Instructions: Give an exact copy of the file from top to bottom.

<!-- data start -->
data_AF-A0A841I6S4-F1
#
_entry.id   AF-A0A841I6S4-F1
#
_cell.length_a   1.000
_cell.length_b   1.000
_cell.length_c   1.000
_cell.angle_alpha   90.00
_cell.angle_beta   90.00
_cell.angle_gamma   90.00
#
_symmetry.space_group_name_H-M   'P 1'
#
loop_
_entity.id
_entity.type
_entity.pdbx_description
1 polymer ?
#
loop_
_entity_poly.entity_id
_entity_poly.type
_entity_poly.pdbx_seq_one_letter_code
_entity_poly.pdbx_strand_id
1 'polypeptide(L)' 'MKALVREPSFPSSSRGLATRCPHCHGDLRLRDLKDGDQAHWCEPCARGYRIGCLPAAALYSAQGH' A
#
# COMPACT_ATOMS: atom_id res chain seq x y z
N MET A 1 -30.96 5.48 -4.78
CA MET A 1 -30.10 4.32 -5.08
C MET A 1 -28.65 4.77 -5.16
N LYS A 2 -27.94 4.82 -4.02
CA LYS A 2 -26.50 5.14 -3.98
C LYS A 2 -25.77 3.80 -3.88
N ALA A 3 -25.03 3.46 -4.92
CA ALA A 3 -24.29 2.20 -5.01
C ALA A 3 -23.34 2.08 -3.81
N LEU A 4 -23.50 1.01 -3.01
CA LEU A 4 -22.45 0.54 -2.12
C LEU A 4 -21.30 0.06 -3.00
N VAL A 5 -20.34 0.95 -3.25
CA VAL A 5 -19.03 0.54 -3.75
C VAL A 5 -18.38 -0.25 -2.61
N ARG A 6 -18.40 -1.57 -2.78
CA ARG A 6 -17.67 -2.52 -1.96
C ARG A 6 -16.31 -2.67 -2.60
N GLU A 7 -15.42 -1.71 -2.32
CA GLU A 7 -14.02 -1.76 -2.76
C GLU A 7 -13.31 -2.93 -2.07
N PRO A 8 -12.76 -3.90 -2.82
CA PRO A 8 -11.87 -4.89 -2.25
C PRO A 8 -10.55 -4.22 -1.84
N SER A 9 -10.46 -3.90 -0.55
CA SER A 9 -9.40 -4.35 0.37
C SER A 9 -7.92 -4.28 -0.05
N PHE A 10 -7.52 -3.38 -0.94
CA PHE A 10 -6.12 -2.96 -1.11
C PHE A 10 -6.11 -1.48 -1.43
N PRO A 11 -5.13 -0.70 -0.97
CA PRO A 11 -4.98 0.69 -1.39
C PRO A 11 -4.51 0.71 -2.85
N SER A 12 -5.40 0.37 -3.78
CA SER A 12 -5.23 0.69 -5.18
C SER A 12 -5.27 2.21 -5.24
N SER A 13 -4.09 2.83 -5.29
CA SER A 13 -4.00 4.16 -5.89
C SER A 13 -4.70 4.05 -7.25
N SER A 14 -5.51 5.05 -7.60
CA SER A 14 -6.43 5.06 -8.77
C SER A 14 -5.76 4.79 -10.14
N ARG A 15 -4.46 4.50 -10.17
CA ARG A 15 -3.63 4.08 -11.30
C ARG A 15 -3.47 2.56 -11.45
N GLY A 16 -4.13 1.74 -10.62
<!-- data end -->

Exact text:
data_AF-A0A841I6S4-F1
#
_entry.id   AF-A0A841I6S4-F1
#
_cell.length_a   1.000
_cell.length_b   1.000
_cell.length_c   1.000
_cell.angle_alpha   90.00
_cell.angle_beta   90.00
_cell.angle_gamma   90.00
#
_symmetry.space_group_name_H-M   'P 1'
#
loop_
_entity.id
_entity.type
_entity.pdbx_description
1 polymer ?
#
loop_
_entity_poly.entity_id
_entity_poly.type
_entity_poly.pdbx_seq_one_letter_code
_entity_poly.pdbx_strand_id
1 'polypeptide(L)' 'MKALVREPSFPSSSRGLATRCPHCHGDLRLRDLKDGDQAHWCEPCARGYRIGCLPAAALYSAQGH' A
#
# COMPACT_ATOMS: atom_id res chain seq x y z
N MET A 1 -30.96 5.48 -4.78
CA MET A 1 -30.10 4.32 -5.08
C MET A 1 -28.65 4.77 -5.16
N LYS A 2 -27.94 4.82 -4.02
CA LYS A 2 -26.50 5.14 -3.98
C LYS A 2 -25.77 3.80 -3.88
N ALA A 3 -25.03 3.46 -4.92
CA ALA A 3 -24.29 2.20 -5.01
C ALA A 3 -23.34 2.08 -3.81
N LEU A 4 -23.50 1.01 -3.01
CA LEU A 4 -22.45 0.54 -2.12
C LEU A 4 -21.30 0.06 -3.00
N VAL A 5 -20.34 0.95 -3.25
CA VAL A 5 -19.03 0.54 -3.75
C VAL A 5 -18.38 -0.25 -2.61
N ARG A 6 -18.40 -1.57 -2.78
CA ARG A 6 -17.67 -2.52 -1.96
C ARG A 6 -16.31 -2.67 -2.60
N GLU A 7 -15.42 -1.71 -2.32
CA GLU A 7 -14.02 -1.76 -2.76
C GLU A 7 -13.31 -2.93 -2.07
N PRO A 8 -12.76 -3.90 -2.82
CA PRO A 8 -11.87 -4.89 -2.25
C PRO A 8 -10.55 -4.22 -1.84
N SER A 9 -10.46 -3.90 -0.55
CA SER A 9 -9.40 -4.35 0.37
C SER A 9 -7.92 -4.28 -0.05
N PHE A 10 -7.52 -3.38 -0.94
CA PHE A 10 -6.12 -2.96 -1.11
C PHE A 10 -6.11 -1.48 -1.43
N PRO A 11 -5.13 -0.70 -0.97
CA PRO A 11 -4.98 0.69 -1.39
C PRO A 11 -4.51 0.71 -2.85
N SER A 12 -5.40 0.37 -3.78
CA SER A 12 -5.23 0.69 -5.18
C SER A 12 -5.27 2.21 -5.24
N SER A 13 -4.09 2.83 -5.29
CA SER A 13 -4.00 4.16 -5.89
C SER A 13 -4.70 4.05 -7.25
N SER A 14 -5.51 5.05 -7.60
CA SER A 14 -6.43 5.06 -8.77
C SER A 14 -5.76 4.79 -10.14
N ARG A 15 -4.46 4.50 -10.17
CA ARG A 15 -3.63 4.08 -11.30
C ARG A 15 -3.47 2.56 -11.45
N GLY A 16 -4.13 1.74 -10.62